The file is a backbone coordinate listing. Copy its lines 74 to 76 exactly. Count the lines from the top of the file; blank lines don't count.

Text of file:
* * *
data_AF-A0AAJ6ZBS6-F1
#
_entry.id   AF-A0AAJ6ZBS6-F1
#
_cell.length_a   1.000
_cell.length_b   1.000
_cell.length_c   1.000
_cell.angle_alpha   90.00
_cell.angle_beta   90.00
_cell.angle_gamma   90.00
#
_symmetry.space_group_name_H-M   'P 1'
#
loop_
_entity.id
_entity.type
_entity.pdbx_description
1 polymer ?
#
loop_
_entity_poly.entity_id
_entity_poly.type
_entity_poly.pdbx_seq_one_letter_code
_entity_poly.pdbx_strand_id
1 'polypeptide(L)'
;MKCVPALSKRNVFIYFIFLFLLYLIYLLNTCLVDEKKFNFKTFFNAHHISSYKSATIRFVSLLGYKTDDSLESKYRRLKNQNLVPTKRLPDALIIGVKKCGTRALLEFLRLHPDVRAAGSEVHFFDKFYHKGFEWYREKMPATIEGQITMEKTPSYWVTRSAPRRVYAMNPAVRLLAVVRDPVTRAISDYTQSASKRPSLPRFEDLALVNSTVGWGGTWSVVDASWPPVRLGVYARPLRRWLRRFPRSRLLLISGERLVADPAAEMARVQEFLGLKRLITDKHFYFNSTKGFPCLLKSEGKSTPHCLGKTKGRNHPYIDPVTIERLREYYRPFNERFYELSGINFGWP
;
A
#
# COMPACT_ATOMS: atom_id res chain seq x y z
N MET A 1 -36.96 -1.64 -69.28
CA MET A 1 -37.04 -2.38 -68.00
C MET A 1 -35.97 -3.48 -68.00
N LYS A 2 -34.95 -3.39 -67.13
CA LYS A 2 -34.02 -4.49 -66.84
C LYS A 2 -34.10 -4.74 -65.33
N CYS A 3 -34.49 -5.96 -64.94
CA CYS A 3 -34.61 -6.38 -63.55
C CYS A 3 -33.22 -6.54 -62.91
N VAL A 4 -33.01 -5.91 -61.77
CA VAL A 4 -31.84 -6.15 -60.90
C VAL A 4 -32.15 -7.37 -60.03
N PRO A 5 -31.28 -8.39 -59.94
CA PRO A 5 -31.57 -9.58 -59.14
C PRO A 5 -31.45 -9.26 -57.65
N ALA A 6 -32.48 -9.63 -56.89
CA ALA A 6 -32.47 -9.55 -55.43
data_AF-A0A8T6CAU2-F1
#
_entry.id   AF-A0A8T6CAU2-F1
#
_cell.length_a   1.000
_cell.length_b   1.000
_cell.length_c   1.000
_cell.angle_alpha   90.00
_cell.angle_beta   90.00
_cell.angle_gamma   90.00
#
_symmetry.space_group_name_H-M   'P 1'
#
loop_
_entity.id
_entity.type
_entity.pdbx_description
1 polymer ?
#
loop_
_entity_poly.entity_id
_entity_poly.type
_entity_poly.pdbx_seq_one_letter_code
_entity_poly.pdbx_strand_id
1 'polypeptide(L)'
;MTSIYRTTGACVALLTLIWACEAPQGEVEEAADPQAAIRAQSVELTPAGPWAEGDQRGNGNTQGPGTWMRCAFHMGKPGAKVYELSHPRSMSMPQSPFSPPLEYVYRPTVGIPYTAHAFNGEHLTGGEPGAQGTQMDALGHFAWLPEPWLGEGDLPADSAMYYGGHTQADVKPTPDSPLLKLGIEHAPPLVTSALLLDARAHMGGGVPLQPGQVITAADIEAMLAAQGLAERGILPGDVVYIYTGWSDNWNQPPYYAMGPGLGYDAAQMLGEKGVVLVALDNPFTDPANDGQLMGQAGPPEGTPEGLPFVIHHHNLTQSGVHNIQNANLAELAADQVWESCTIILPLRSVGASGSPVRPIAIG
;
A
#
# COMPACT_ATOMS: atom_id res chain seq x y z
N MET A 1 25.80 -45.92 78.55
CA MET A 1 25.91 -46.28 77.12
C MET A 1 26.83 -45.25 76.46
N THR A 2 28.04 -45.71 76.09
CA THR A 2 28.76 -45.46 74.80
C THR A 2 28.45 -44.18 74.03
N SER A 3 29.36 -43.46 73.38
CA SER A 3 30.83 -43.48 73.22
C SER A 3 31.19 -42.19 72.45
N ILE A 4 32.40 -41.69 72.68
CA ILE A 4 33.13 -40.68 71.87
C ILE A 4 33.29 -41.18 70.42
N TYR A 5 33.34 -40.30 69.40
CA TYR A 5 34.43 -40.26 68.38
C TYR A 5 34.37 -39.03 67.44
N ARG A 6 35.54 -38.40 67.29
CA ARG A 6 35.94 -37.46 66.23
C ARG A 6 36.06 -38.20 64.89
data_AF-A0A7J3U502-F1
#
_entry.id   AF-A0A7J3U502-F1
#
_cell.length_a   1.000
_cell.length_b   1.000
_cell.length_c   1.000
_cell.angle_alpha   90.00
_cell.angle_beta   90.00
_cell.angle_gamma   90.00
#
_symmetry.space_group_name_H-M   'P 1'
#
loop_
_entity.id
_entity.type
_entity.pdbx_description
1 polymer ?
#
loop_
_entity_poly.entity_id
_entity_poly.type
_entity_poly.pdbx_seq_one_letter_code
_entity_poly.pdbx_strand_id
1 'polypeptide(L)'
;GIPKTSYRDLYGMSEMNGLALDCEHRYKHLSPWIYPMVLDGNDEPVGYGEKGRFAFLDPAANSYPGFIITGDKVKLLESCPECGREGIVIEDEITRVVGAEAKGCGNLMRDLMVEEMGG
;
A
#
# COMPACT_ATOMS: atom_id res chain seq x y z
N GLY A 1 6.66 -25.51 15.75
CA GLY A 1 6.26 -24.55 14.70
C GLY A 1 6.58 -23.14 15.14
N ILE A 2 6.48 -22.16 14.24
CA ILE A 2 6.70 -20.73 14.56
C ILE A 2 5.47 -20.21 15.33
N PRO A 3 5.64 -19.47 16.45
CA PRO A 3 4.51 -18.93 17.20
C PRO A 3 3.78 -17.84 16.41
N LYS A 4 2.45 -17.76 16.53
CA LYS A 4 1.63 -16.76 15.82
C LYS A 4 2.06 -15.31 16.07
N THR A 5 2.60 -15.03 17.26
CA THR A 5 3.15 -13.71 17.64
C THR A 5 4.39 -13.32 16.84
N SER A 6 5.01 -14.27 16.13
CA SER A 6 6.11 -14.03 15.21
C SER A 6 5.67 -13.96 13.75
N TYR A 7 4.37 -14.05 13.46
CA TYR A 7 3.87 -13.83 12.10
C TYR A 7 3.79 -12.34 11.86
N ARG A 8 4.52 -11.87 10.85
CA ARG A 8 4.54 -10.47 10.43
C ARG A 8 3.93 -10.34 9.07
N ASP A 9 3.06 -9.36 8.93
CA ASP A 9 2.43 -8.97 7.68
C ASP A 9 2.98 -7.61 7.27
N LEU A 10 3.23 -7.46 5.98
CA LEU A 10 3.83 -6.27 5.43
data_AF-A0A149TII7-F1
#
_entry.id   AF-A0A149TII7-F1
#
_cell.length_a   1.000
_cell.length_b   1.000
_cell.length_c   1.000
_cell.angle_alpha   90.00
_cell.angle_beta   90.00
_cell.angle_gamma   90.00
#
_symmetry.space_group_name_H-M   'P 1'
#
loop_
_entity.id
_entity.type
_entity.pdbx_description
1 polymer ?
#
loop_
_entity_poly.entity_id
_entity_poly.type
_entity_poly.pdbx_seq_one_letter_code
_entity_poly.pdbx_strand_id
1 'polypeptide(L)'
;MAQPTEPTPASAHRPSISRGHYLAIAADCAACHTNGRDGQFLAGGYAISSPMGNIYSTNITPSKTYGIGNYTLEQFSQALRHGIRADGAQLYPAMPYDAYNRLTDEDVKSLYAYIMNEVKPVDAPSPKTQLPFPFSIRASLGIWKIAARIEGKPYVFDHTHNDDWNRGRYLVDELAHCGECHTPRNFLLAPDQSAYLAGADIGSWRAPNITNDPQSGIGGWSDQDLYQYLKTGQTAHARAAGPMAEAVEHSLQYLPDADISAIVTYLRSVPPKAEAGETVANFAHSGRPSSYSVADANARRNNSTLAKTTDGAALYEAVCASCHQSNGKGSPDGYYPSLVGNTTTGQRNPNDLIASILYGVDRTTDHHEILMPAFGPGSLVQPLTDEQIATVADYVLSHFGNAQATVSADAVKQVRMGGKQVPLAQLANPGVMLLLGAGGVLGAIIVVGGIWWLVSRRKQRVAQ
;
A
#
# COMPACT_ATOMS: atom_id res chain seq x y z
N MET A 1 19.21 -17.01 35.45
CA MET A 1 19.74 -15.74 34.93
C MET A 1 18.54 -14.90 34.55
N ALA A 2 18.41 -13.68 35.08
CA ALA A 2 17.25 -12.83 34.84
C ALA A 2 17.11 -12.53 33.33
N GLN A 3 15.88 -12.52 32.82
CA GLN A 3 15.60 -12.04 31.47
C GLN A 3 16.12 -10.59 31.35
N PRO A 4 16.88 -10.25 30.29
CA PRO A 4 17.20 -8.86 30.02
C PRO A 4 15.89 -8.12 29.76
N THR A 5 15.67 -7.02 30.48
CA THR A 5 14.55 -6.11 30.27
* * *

;
A
#